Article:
There's no place like home, but where's home? In recent years many authors have advanced various versions of the premise that the small town or traditional urban neighborhood is where people belong--places where nobody ever moves away and everybody knows your name. In this line of thought, sprawling suburbs, trendy gentrification, and the instant-growth zones of the Sunbelt are bad for the soul, wrong for kids, and are diluting the country's community values. Such themes can be found in contemporary books that include your own fine work The Lost City, which extols Chicago neighborhood life of the 1950s. This sentiment informs the two books we are here to discuss, Home Town, by the esteemed Pulitzer Prize winner Tracy Kidder, and The Old Neighborhood by Ray Suarez, learned host of NPR's engaging intellectual talk show "Talk of the Nation." These are different books, but they are joined by their sense of yearning for a manner of life that change-obsessed society is presumed to have passed by at warp nine.
Home Town follows the days and thoughts of a dozen or so current residents of Northampton, Massachusetts, Kidder's home and a Berkshires burgh so lovely, livable, and human-scale that it is widely looked on as a modern Brigadoon. Written with tremendous elegance, Home Town displays all the reportorial energy, knowing eye, and warm human spirit for which Kidder is rightly celebrated. (Quick disclosure: Kidder and I are both contributing editors of the Atlantic Monthly, but we've never met.) The book also exhibits many of the shortcomings found in Kidder's work, such as the books House and Among Schoolchildren: wandering prose, reluctance to distinguish between pertinent detail and detail for its own sake, lack of a point. I found I had few objections to Home Town, but I'm not sure I learned much from it either, other than that life is bittersweet, which most readers know going in.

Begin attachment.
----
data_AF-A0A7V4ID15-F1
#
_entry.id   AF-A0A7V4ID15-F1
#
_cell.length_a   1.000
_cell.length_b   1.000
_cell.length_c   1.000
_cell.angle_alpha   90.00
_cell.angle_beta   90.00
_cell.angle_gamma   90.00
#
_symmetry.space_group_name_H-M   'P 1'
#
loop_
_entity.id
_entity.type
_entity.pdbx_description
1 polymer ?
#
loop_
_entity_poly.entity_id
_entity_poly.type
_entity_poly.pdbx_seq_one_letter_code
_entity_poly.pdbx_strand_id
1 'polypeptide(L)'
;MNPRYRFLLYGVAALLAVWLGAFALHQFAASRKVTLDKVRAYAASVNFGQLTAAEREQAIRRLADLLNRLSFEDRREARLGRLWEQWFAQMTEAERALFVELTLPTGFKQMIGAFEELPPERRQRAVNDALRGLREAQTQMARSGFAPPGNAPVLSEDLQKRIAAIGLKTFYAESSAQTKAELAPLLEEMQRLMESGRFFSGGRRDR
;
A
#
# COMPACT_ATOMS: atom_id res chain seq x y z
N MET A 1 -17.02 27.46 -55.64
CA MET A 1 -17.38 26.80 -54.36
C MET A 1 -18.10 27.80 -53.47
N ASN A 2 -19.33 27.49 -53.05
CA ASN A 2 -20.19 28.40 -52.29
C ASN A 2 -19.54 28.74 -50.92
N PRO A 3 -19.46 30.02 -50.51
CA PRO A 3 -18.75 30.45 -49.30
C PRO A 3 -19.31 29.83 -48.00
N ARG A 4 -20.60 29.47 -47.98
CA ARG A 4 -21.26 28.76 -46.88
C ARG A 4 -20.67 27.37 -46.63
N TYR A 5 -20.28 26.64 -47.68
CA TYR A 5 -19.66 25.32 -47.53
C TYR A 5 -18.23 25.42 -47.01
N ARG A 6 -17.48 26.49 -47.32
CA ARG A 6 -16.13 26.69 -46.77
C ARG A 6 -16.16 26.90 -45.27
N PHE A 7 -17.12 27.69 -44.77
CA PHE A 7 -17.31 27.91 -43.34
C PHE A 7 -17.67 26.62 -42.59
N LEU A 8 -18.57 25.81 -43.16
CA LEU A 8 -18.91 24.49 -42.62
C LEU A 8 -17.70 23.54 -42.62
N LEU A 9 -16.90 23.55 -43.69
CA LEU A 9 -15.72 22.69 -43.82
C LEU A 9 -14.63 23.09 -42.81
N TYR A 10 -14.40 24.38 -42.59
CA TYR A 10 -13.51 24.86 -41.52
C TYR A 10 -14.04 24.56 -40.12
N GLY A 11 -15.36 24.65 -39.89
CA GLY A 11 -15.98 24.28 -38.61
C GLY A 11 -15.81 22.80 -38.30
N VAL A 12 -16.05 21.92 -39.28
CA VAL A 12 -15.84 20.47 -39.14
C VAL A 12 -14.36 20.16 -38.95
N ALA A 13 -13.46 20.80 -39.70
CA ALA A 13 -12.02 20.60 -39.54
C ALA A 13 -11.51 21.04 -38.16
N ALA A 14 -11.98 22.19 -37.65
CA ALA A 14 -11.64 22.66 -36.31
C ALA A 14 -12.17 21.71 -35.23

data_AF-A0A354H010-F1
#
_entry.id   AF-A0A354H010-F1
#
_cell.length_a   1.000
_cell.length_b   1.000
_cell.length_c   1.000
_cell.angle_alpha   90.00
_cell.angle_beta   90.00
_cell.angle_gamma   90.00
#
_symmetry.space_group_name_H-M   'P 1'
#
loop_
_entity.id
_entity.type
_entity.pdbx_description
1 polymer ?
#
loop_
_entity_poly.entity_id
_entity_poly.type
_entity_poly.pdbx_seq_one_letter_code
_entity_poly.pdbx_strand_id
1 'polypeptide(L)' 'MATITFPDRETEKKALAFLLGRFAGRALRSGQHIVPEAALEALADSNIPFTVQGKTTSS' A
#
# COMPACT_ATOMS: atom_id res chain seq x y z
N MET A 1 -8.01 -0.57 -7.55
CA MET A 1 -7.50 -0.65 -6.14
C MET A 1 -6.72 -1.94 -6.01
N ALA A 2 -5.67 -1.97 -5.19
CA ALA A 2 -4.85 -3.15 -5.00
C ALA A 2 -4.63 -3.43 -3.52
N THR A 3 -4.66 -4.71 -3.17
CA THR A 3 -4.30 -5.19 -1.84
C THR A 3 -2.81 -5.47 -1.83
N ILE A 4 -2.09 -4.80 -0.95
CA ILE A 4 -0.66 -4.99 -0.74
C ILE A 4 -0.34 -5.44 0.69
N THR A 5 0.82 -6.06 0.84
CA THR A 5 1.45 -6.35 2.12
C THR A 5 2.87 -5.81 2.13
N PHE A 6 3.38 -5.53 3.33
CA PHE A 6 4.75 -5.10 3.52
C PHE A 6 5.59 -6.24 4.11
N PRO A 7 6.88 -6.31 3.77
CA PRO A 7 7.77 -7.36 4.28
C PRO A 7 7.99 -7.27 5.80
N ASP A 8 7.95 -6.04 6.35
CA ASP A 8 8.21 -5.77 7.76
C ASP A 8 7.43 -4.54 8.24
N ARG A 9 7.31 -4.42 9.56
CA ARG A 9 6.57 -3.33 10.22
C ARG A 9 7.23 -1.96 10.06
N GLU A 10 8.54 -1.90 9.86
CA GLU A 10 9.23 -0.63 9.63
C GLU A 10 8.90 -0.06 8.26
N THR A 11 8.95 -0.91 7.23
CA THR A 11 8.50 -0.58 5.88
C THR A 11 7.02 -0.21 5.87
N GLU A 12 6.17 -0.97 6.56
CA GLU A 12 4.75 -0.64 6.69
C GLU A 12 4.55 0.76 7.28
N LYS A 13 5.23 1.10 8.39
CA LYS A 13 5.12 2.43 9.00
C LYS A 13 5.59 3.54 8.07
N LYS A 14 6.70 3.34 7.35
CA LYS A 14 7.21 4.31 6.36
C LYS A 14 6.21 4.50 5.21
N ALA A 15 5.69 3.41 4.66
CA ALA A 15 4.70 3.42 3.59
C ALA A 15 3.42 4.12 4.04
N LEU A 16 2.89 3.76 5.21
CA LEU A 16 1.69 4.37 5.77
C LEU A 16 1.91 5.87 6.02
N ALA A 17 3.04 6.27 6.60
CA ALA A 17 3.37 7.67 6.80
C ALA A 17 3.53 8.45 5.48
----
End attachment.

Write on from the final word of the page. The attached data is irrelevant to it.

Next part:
In The Old Neighborhood, Suarez covers broader ground, the postwar expansion of the suburbs and what this movement did to the old urban neighborhoods left behind. His principal thesis is that burbs and commuting have dehumanized the country. (Some reviewers may hail The Old Neighborhood in hopes of being booked on "Talk of the Nation," so I'll skip the middleman and offer a direct suck-up: Ray, you look mah-vel-ous!) Suarez does not write as well as Kidder, but his thinking quotient is high: The Old Neighborhood is alive with ideas, information, and provocative assertions. I found myself disagreeing with Suarez regularly, but that kept me reading, and presumably disagreement is good news for Slate 's "Book Club" format.
Alan, if it's all right with you I'd propose that we try to address these questions, along with whatever questions strike you:
Of Kidder's book:
- Does conventional wisdom now romanticize the small town and neighborhood life of a generation past to the exclusion of their defects, such as social regimentation and closed-mindedness?
- What should we make of "nonfiction" writers who change the names of their subjects?
Of Suarez's book:
- Given the postwar population boom, wasn't it 100 percent inevitable that suburbs would be built?
- Aside from having more cars and more square footage per person, are the suburbs really that different from the city?
- Did the postwar, mainly white migration to the burbs really doom the center city or simply trigger a cycle of urban change, just as the arrival of European immigrants had triggered urban change a few generations before?